Adobe’s John Dowdell explains why the Motorola Xoom won’t ship with Flash

I don’t know Motorola’s schedule myself, but it’s usually better to wait for actual news than to get all excited about a partner’s little snippet.

The important thing is that humanity is now on the verge of universal connectivity through personal displays. The trend is for common high-performance among them — with hardware, OS, engines, distribution, and business models all evolving simultaneously to attain this. Hot “Brand X vs Brand Y’ debating may bring in click-revenue from early adopters, but is less important in the long run than how we’ll end up using these new communication abilities. That’s the real priority for attention now.

If I am understanding Dowdell’s point here, I believe what he means is:

I am as high as a kite.

Translating Adobe’s “Thoughts on Open Markets”

The genius of the Internet is its almost infinite openness to innovation. New hardware. New software. New applications. New ideas. They all get their chance.

If only you morons had adopted SVG.

As the founders of Adobe, we believe open markets are in the best interest of developers, content owners, and consumers. Freedom of choice on the web has unleashed an explosion of content and transformed how we work, learn, communicate, and, ultimately, express ourselves.

Flash is installed on around 98% of desktop and laptop computers in the world, and when we bought Macromedia it was a completely closed system. Go ahead and choose that instead of SVG, will you?

If the web fragments into closed systems, if companies put content and applications behind walls, some indeed may thrive—but their success will come at the expense of the very creativity and innovation that has made the Internet a revolutionary force.

Although we hasten to point out that the many ways Adobe supports DRM across our product line—encrypted Flash video, encrypted PDFs, and for that matter all our software registration—is all about encouraging creativity and innovation.

We believe that consumers should be able to freely access their favorite content and applications, regardless of what computer they have, what browser they like, or what device suits their needs. No company—no matter how big or how creative—should dictate what you can create, how you create it, or what you can experience on the web.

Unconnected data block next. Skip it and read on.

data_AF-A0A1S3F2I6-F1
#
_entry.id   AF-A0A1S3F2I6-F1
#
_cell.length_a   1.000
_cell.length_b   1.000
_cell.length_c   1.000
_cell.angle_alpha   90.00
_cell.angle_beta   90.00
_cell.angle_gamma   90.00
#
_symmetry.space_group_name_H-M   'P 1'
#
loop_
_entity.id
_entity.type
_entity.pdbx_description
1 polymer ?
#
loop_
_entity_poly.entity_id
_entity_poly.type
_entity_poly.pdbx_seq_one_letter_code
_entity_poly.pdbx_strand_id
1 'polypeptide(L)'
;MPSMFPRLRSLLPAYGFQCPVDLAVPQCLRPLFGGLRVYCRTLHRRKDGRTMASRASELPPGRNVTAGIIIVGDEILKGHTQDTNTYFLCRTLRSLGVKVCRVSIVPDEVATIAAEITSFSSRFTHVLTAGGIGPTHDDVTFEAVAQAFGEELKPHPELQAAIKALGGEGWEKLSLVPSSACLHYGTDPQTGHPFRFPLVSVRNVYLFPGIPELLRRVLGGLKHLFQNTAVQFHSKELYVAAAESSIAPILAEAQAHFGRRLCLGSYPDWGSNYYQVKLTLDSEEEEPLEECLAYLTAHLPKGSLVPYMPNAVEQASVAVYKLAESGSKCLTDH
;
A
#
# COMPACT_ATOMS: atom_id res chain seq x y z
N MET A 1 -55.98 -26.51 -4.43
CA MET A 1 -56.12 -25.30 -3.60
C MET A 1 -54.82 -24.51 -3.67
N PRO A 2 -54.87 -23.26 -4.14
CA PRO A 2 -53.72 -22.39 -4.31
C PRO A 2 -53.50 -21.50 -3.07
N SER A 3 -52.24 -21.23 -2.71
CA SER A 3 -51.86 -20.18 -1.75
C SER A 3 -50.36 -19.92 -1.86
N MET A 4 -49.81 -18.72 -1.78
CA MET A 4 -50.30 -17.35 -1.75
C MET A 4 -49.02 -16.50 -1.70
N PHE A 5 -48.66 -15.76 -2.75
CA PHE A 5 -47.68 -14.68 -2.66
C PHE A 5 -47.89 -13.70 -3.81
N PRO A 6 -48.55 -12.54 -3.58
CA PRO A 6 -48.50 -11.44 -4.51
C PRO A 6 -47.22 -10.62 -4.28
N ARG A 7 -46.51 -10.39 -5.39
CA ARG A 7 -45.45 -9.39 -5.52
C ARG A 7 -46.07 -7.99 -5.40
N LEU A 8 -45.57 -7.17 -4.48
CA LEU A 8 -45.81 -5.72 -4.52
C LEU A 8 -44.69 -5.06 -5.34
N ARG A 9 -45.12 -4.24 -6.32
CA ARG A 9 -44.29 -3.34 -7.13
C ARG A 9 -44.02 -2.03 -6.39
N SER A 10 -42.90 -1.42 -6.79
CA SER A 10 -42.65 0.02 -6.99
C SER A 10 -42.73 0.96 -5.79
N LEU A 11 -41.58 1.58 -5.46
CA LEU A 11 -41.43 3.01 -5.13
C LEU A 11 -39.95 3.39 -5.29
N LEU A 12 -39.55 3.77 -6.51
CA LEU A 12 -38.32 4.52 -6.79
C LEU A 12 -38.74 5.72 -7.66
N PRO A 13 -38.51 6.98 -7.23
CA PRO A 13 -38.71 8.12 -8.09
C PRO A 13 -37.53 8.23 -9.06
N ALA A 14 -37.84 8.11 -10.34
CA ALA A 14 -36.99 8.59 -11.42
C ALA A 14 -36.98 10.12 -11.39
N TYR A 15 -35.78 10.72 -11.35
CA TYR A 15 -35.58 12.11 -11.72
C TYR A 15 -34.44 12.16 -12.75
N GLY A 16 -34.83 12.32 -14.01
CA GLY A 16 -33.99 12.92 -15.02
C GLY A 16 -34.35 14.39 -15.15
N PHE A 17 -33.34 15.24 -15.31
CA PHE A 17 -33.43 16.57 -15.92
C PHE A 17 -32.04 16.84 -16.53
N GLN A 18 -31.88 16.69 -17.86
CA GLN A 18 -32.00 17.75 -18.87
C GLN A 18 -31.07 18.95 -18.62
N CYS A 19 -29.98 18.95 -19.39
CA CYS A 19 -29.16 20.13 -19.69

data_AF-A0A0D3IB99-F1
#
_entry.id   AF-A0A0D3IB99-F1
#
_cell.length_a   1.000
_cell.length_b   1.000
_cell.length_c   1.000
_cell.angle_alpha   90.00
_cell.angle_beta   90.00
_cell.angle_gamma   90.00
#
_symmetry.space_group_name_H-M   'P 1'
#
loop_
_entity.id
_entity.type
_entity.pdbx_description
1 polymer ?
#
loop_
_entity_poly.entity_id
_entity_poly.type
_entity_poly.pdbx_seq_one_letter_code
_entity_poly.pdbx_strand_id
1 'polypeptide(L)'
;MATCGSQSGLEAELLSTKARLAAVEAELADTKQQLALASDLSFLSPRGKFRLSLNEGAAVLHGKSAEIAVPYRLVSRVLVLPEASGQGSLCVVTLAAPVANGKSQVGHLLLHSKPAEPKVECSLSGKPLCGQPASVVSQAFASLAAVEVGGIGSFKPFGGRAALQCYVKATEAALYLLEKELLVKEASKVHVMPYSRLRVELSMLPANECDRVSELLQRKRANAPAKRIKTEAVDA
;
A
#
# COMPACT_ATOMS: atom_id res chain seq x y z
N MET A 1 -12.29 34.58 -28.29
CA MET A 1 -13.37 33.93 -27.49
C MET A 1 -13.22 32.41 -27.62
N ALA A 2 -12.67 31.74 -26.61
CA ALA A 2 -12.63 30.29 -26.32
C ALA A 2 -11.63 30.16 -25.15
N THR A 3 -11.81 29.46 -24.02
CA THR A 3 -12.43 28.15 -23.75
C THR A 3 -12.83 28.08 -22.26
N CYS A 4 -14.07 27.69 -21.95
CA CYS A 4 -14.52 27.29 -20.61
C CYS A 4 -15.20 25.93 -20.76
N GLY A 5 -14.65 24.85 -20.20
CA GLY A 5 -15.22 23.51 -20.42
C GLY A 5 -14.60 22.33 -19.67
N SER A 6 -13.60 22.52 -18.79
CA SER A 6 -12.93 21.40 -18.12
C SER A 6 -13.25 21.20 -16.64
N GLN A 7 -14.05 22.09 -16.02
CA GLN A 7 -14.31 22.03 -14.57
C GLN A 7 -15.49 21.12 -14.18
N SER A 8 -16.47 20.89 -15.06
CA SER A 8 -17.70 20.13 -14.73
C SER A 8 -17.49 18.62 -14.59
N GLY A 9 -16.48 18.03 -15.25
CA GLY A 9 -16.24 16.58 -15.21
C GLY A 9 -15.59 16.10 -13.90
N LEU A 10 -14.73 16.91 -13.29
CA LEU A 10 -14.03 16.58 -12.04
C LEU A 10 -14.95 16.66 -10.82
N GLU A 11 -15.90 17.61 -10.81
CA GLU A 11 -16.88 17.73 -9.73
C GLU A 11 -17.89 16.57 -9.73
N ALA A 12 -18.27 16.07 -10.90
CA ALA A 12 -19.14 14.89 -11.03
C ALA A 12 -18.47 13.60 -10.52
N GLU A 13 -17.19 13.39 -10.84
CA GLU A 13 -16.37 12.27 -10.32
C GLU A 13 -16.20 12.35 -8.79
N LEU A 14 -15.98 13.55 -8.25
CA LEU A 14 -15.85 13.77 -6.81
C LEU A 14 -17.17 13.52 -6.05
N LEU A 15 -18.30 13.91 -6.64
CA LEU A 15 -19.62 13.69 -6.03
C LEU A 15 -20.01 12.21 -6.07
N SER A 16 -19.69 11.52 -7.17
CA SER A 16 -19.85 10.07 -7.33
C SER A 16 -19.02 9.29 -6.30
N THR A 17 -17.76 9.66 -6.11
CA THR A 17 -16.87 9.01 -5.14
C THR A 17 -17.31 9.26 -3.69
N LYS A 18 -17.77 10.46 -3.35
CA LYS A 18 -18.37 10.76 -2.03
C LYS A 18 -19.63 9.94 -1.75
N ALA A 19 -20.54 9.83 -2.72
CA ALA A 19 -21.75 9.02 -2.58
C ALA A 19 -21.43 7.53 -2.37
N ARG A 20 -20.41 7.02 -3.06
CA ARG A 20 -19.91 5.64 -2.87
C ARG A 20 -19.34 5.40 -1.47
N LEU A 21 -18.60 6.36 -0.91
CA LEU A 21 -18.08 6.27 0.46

Sure, there are vendor-neutral ways to deliver this right now that don’t require our technology. But we don’t get paid for those. Sure, we could make a design program that does most of what Flash does using Javascript. But let’s be honest—given how long it’s taking us to deliver an actual working version of Flash on any mobile device, we’ll all have our goddamn flying cars before that happens. So it’s in our best interest to keep you all pissed off at Apple.

When markets are open, anyone with a great idea has a chance to drive innovation and find new customers. Adobe’s business philosophy is based on a premise that, in an open market, the best products will win in the end—and the best way to compete is to create the best technology and innovate faster than your competitors.

When you think “innovation,” you think Adobe. And Flash. Right? But we complained to the FTC just in case.

That, certainly, was what we learned as we launched PostScript® and PDF, two early and powerful software solutions that work across platforms. We openly published the specifications for both, thus inviting both use and competition. In the early days, PostScript attracted 72 clone makers, but we held onto our market leadership by out-innovating the pack. More recently, we’ve done the same thing with Adobe® Flash® technology. We publish the specifications for Flash—meaning anyone can make their own Flash player. Yet, Adobe Flash technology remains the market leader because of the constant creativity and technical innovation of our employees.

See, we learned from PostScript® that it’s really easy to Out-Innovate® The Pack® when you’re the only contributor to your Openly-Published® Specification® and can ensure that you update all of your products before the spec itself is updated! You’ll notice we’re not talking about making Flash an ISO standard the way we did PDF. Of course, even then we left in a loophole: the ISO standard for PDF is equivalent to PDF 1.7, but it has “extensibility features” which we can go on to use to still “innovate.” We gave the creative employee who came up with that technical innovation a nice bonus, you betcha.

We believe that Apple, by taking the opposite approach, has taken a step that could undermine this next chapter of the web—the chapter in which mobile devices outnumber computers, any individual can be a publisher, and content is accessed anywhere and at any time.

We would like to strongly encourage you all to keep confusing the Apple app store and the web, and to see it as a great contradiction between keeping the former locked down tighter than a chastity belt and advocating the latter be based on vendor-neutral standards. The more you believe that, to paraphrase the great Kris Kristofferson, “freedom’s just another word for Adobe being able to put Flash everywhere there’s money,” the more we love you.

In the end, we believe the question is really this: Who controls the World Wide Web? And we believe the answer is: nobody—and everybody, but certainly not a single company.

Although if you don’t mind, we’d like to keep as much control of it as possible.